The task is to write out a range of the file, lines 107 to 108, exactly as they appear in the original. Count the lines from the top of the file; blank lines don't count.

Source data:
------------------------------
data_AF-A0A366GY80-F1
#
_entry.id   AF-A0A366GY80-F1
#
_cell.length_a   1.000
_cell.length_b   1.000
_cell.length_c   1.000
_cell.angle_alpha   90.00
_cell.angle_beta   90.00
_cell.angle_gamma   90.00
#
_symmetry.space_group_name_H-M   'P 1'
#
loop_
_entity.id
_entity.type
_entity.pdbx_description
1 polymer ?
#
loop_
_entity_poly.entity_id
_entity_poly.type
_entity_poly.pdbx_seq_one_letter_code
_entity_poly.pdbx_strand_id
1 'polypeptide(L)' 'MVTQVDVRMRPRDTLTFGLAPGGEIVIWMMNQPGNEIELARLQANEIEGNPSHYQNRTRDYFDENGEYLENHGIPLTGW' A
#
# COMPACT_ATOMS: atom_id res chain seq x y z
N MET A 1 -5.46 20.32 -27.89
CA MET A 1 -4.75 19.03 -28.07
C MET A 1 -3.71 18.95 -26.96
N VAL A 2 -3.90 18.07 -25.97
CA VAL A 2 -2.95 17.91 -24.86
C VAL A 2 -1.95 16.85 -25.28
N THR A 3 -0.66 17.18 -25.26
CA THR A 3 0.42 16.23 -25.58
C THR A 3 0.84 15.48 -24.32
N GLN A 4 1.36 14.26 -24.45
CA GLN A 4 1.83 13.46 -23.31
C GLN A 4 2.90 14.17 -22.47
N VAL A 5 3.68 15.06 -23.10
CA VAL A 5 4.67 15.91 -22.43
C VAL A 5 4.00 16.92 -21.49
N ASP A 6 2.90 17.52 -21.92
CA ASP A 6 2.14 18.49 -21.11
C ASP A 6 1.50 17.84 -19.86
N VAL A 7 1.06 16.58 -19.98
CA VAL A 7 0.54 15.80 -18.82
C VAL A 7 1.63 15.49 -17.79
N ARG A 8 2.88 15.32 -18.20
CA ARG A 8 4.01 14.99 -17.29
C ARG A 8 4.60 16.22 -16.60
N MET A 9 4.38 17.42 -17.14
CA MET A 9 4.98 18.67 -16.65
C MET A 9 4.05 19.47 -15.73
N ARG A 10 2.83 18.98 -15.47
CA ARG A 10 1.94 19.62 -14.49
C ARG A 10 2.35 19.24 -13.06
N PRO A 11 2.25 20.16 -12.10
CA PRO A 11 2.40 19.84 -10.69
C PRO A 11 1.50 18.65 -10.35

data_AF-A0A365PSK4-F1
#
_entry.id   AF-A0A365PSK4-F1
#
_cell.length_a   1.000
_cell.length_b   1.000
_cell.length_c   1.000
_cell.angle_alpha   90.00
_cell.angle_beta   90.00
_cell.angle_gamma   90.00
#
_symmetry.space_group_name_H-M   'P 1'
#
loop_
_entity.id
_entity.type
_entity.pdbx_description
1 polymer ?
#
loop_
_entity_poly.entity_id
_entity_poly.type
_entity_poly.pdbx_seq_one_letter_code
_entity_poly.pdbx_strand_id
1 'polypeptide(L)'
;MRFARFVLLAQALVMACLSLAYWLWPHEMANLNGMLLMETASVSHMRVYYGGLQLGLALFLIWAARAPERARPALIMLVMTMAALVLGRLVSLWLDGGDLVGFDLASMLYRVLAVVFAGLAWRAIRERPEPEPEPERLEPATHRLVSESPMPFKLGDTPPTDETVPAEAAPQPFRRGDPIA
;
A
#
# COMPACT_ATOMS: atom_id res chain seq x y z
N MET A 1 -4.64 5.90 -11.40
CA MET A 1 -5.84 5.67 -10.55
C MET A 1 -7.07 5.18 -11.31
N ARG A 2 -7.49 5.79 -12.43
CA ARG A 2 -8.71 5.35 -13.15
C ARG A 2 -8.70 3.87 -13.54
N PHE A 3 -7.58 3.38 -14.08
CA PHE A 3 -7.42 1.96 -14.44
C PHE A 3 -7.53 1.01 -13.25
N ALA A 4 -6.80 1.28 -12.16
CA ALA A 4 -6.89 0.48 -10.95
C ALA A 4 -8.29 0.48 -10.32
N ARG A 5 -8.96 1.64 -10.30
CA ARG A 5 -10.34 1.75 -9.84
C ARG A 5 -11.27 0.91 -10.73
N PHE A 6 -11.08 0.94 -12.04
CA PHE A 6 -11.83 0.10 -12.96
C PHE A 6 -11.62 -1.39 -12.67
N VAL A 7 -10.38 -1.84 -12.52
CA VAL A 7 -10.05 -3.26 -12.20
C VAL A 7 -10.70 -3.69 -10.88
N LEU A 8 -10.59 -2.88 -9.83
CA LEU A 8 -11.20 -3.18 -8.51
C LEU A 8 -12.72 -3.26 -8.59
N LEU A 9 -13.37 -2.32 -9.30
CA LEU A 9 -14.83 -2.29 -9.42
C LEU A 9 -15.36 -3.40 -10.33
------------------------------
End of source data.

CA PHE A 6 -11.83 0.10 -12.96
C PHE A 6 -11.62 -1.39 -12.67